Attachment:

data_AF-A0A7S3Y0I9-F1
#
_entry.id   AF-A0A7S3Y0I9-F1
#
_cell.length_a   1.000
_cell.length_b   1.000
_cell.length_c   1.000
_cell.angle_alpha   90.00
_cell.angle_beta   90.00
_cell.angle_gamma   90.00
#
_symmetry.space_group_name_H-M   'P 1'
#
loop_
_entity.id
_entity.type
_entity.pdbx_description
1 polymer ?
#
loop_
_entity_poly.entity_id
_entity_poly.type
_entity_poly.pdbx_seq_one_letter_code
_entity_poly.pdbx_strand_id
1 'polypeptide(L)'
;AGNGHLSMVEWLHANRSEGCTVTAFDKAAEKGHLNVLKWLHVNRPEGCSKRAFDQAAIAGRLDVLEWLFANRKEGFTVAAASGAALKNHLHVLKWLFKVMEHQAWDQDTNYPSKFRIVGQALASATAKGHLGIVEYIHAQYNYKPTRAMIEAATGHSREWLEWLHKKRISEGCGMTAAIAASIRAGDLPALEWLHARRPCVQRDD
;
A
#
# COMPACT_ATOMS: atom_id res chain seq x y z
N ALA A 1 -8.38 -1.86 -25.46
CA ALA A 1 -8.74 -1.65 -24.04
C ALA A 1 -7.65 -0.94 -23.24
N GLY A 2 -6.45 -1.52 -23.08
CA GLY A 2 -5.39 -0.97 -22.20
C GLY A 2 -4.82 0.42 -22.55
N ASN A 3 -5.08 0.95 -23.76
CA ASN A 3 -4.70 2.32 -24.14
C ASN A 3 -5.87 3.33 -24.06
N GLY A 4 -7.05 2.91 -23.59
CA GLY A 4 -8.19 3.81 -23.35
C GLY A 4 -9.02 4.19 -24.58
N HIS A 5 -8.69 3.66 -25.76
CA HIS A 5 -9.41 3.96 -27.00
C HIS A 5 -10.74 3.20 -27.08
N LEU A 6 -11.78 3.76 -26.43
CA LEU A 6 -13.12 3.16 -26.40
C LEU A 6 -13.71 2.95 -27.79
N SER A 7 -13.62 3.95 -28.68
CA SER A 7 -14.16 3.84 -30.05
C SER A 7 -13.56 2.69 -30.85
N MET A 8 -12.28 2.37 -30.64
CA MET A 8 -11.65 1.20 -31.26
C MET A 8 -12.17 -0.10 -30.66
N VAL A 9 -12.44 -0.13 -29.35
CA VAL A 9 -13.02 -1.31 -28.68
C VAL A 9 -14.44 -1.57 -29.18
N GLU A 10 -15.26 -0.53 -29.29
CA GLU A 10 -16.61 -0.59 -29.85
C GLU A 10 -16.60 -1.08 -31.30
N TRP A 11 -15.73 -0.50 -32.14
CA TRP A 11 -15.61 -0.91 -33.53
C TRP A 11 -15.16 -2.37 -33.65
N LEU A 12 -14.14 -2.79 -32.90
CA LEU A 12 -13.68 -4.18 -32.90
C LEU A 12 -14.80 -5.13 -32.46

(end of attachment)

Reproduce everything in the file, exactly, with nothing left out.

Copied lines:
data_AF-A0A7S3Y0I9-F1
#
_entry.id   AF-A0A7S3Y0I9-F1
#
_cell.length_a   1.000
_cell.length_b   1.000
_cell.length_c   1.000
_cell.angle_alpha   90.00
_cell.angle_beta   90.00
_cell.angle_gamma   90.00
#
_symmetry.space_group_name_H-M   'P 1'
#
loop_
_entity.id
_entity.type
_entity.pdbx_description
1 polymer ?
#
loop_
_entity_poly.entity_id
_entity_poly.type
_entity_poly.pdbx_seq_one_letter_code
_entity_poly.pdbx_strand_id
1 'polypeptide(L)'
;AGNGHLSMVEWLHANRSEGCTVTAFDKAAEKGHLNVLKWLHVNRPEGCSKRAFDQAAIAGRLDVLEWLFANRKEGFTVAAASGAALKNHLHVLKWLFKVMEHQAWDQDTNYPSKFRIVGQALASATAKGHLGIVEYIHAQYNYKPTRAMIEAATGHSREWLEWLHKKRISEGCGMTAAIAASIRAGDLPALEWLHARRPCVQRDD
;
A
#
# COMPACT_ATOMS: atom_id res chain seq x y z
N ALA A 1 -8.38 -1.86 -25.46
CA ALA A 1 -8.74 -1.65 -24.04
C ALA A 1 -7.65 -0.94 -23.24
N GLY A 2 -6.45 -1.52 -23.08
CA GLY A 2 -5.39 -0.97 -22.20
C GLY A 2 -4.82 0.42 -22.55
N ASN A 3 -5.08 0.95 -23.76
CA ASN A 3 -4.70 2.32 -24.14
C ASN A 3 -5.87 3.33 -24.06
N GLY A 4 -7.05 2.91 -23.59
CA GLY A 4 -8.19 3.81 -23.35
C GLY A 4 -9.02 4.19 -24.58
N HIS A 5 -8.69 3.66 -25.76
CA HIS A 5 -9.41 3.96 -27.00
C HIS A 5 -10.74 3.20 -27.08
N LEU A 6 -11.78 3.76 -26.43
CA LEU A 6 -13.12 3.16 -26.40
C LEU A 6 -13.71 2.95 -27.79
N SER A 7 -13.62 3.95 -28.68
CA SER A 7 -14.16 3.84 -30.05
C SER A 7 -13.56 2.69 -30.85
N MET A 8 -12.28 2.37 -30.64
CA MET A 8 -11.65 1.20 -31.26
C MET A 8 -12.17 -0.10 -30.66
N VAL A 9 -12.44 -0.13 -29.35
CA VAL A 9 -13.02 -1.31 -28.68
C VAL A 9 -14.44 -1.57 -29.18
N GLU A 10 -15.26 -0.53 -29.29
CA GLU A 10 -16.61 -0.59 -29.85
C GLU A 10 -16.60 -1.08 -31.30
N TRP A 11 -15.73 -0.50 -32.14
CA TRP A 11 -15.61 -0.91 -33.53
C TRP A 11 -15.16 -2.37 -33.65
N LEU A 12 -14.14 -2.79 -32.90
CA LEU A 12 -13.68 -4.18 -32.90
C LEU A 12 -14.80 -5.13 -32.46